Past the market

Dhe first flat screen TV in the house was from Philips and cost DM 3000. It was a real investment, but the desire for chic innovation was stronger. In 1996, when Philips presented the first flat screen TV as a prototype at Cebit, the world was amazed. The device cost the equivalent of an unbelievable 15,000 euros when it was launched. At ten centimetres, it wasn’t really flat either, modern displays manage one centimeter and are part of everyday life. As far as can be remembered, tube televisions were not banned and flat screens were not subsidized. Apple’s first iPhone, when was that? It replaced a Nokia, was shockingly expensive, but the desire for chic innovation was stronger. As far as can be remembered, the push-button telephone was not banned and the touch telephone was not subsidized. In the kitchen, the pasta cooks on induction fields, the old plates are history. The stove was expensive, but the desire for chic innovation was stronger. As far as can be remembered, the hotplate has not been banned and induction has not been subsidised. Bicycles are a small passion, the racing bike still has to be moved with muscle power alone, a matter of honor. But the other classics are gathering dust because they are in their place e-bikes have kicked. They are many times more expensive, but the desire for the chic innovation was stronger. As far as can be remembered, classic bicycles are not prohibited and e-bikes are not subsidized.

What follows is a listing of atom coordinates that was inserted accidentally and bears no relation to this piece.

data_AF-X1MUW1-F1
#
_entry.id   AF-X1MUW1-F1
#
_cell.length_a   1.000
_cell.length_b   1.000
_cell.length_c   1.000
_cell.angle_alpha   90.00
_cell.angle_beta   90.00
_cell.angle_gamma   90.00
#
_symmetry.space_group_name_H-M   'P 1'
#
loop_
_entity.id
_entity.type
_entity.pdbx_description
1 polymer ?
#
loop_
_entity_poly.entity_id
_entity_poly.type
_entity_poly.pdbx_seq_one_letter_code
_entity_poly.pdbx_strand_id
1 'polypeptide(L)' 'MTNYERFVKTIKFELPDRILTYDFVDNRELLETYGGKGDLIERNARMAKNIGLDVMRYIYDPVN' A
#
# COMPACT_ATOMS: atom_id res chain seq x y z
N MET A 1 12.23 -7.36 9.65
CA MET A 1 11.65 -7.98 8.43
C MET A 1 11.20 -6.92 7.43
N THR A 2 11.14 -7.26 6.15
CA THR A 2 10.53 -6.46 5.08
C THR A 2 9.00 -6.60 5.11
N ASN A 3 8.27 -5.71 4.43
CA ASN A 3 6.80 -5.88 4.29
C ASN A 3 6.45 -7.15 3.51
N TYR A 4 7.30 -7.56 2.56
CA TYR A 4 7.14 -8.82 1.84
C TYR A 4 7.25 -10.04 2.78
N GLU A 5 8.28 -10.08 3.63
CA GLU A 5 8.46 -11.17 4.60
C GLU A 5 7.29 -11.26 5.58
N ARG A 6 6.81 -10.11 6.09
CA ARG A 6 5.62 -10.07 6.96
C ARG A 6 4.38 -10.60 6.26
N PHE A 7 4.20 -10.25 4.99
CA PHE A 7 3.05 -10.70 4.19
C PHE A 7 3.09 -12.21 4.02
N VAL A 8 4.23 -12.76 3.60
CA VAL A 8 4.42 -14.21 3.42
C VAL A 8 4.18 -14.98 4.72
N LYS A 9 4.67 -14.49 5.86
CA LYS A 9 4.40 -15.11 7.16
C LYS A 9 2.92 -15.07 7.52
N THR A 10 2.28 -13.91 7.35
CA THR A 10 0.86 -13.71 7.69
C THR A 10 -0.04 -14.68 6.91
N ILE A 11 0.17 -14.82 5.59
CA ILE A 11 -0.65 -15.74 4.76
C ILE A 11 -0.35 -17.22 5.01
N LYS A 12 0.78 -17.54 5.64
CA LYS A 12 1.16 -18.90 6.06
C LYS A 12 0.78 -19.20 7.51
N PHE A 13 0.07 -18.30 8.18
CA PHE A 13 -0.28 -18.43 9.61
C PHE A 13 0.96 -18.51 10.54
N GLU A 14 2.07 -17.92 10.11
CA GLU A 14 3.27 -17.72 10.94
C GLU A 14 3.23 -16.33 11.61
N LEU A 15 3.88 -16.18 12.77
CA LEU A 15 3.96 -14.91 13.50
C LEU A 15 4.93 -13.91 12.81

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Of course, from these examples, of which there are certainly more, it cannot be deduced that people will grab it if they see an advantage in the new product and the market will fix it. At least not if you’re a politician in Brussels. Of course nobody knows whether the ladies and gentlemen in the Council of Ministers and the EU Commission use flat screen televisions, smartphones, induction hobs and e-bikes. Probably not, otherwise they might have confidence in supply and demand. Logical consequence: They ban the internal combustion engine, the electric car is subsidized. No sooner has the decision been made than awakens Thierry Breton from the off and explains: The switch to electromobility will destroy 600,000 jobs. 7 million charging points are needed, there are 350,000. Europe will soon need fifteen times the amount of lithium, four times the amount of cobalt and graphite, and three times the amount of nickel. And 25 percent more electricity, possibly generated from gas and coal. What’s the point? Incidentally, Breton is the Internal Market Commissioner, i.e. a member of the EU Commission.

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